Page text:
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March 2023

Ashes by Ilsa J. Bick

29th November 2011

Alex is on a solo camping trip in the UP, mourning her dead parents and trying to come to peace with a deadly brain tumor of her own, when a shower of EMP’s are detonated. Alex begins a journey to find some answers and some survivors, with orphaned Ellie under her wing. The girls soon discover that the EMP not only destroyed all computers, but it killed many people, and changed the survivors in sometimes horrifying ways. When Tom, a soldier with secrets of his own, joins their little band, the three friends struggle to stay together and to survive in their new, horrifying world.

Suspenseful and tense. A bit too gruesome in parts for me; I had to skim over some sections. But overall, I couldn’t wait to find out what was going to happen, and the cliffhanger ending will stay with me for some time.

Gone by Michael Grant

14th August 2009

When everyone over age 15 mysteriously vanishes from the town of Perdido Beach, the remaining kids are left to survive on their own, cut off from any contact with the outside world.  Albert and his friends look for answers, while trying to care for the younger children.  Caine and his gang also try to find answers, while trying to gain control of the town through fear and intimidation.

This was an action-packed novel of survival and teenage independence.  I would have loved it as a teenager, and even now, I really enjoyed it.  The mix of sci-fi and horror made for an exciting read.  It’s not going to be a classic book, but it’s definitely a great summer read and I’ll probably pick up the sequel too.

Twilight by Stephenie Meyer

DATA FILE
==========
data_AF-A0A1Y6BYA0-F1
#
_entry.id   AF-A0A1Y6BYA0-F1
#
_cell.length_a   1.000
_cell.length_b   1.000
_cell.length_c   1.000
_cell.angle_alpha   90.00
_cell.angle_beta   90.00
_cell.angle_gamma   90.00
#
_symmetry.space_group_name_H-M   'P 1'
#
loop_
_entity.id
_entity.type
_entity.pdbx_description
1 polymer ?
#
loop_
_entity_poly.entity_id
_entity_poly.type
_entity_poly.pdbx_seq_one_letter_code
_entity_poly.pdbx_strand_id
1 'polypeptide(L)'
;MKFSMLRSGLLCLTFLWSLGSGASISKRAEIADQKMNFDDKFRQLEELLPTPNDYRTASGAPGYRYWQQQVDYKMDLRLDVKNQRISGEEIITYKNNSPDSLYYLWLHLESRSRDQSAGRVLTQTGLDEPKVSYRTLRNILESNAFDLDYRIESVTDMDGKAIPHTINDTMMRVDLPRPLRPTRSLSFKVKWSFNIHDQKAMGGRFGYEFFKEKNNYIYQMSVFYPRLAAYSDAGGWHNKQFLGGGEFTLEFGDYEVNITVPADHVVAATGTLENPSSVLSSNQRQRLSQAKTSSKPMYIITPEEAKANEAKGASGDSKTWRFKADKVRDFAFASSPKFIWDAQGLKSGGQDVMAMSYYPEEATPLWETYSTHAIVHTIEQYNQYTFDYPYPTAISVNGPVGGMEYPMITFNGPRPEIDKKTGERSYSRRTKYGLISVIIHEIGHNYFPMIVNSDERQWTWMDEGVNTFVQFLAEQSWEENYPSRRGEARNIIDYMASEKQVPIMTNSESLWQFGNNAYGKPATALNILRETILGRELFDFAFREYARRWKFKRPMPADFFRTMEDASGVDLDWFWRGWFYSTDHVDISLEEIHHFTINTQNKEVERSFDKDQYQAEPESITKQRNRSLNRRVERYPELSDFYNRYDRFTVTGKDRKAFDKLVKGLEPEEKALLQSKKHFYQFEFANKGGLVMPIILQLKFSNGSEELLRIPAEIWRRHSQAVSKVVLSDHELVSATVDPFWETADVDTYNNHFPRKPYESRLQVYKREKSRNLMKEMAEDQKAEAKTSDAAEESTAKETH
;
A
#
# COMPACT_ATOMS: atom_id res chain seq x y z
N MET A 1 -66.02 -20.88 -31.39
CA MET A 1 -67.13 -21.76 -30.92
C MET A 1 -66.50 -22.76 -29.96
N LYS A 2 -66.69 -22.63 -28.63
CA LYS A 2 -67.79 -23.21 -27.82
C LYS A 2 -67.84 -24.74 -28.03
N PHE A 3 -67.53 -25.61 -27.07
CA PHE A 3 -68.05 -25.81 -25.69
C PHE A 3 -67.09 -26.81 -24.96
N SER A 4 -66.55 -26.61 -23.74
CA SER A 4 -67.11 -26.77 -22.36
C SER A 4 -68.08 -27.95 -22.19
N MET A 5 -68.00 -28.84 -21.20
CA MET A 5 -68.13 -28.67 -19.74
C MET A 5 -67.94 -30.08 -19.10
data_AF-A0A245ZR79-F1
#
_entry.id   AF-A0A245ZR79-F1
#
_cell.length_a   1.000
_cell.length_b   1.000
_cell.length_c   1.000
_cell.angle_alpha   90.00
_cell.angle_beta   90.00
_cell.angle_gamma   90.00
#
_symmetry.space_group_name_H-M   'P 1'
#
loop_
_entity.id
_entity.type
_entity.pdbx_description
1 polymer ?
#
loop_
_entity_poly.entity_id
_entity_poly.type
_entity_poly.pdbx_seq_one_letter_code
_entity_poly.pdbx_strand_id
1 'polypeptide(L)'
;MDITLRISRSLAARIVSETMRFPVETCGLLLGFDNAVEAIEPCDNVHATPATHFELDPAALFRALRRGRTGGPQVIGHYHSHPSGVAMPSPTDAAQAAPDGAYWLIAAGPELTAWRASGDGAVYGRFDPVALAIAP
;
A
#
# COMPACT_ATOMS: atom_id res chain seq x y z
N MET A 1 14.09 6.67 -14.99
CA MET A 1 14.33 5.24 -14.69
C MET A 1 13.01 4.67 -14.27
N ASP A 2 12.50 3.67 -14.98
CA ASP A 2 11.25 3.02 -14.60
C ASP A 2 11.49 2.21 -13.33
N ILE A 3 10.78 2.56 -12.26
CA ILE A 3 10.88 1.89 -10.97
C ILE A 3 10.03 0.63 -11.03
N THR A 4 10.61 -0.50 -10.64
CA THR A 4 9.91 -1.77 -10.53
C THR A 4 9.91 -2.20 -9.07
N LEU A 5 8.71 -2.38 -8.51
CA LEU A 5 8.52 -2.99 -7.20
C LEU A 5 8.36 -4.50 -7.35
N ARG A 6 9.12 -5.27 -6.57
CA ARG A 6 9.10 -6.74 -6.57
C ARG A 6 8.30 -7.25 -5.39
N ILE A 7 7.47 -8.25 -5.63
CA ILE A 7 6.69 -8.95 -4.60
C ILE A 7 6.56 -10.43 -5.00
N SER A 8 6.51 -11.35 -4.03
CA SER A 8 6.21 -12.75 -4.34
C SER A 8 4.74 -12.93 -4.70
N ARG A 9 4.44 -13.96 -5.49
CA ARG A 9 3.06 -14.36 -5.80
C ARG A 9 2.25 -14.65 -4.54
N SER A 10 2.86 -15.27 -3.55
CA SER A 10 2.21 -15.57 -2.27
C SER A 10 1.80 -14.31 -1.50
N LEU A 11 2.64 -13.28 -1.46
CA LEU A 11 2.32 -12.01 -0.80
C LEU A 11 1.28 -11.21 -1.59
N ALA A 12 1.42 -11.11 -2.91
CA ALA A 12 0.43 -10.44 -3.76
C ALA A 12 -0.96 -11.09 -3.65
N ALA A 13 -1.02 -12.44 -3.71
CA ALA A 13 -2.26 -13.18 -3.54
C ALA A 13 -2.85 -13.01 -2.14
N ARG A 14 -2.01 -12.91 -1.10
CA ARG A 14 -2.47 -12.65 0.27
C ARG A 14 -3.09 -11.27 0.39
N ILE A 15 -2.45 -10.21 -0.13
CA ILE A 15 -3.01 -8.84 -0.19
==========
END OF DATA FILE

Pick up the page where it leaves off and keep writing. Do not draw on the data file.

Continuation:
09th November 2008

Twilight (The Twilight Saga, Book 1)

I know that Meyer’s books are wildly popular right now, but I was quite disappointed.  While Meyer certainly is a gifted writer, her cast of characters are weak and flat.  Bella faints on every other page, lies to her parents, and is obsessed with a vampire boyfriend, to the point of hoping for her own death so that she can be with him forever.  Her vampire boyfriend Edmund is controlling and in my mind shows some of the classic tendencies of an abuser.  Although there are a few exciting moments, it’s certainly not the quality suspenseful romance I was hoping for.


10th May 2006

HouseIt’s not often that you can categorize a book as both a ghost/horror story and as inspirational fiction. However, Frank Peretti and Ted Dekker teamed up to writeHouse, which is one of those rare books. In this book, Jack and Stephanie’s marriage is on the brink of falling apart, when the couple becomes stranded along a country road in Alabama. With darkness falling, they seek refuge in a nearby bed and breakfast. But what initally seems to be a cozy refuge soon turns out to be a house of horrors. Along with another stranded couple, Jack and Stephanie are soon fighting for their lives.

I wasn’t sure how to think about this book while I was reading it–part Stephen King, part David Morrell, with a healthy dose of obviously Christian symbolism thrown in for good measure. It was hard to settle down and enjoy the story, because I was constantly trying to decide what direction the book was going to take next. Was someone going to die a strange and terrible death, was a new apparition going to appear, or was a new symbolism for sin about to be revealed? Peretti’s books aren’t typically so difficult to figure out, although recently he has taken a turn more towards horror. I haven’t read any of Ted Dekker’s books to know his style. I guess the book can be summed up as: hard to categorize, entertaining to read, and preaching an interesting, yet convoluted message of sin, sacrifice and salvation.

Diana and her brother Georgie have lived in the woods near the old Willis place for as long as they can remember. According to “rules” they are not allowed to leave the property nor talk to anyone, although they don’t know why. One day a new caretaker moves in, along with his daughter Lissa. Out of loneliness, Diana becomes friends with Lissa. As a result of their friendship, the rules are broken and everything begins to change.

Not terribly scary, as it is juvenile fiction. I like how forgiveness is emphasized over revenge.

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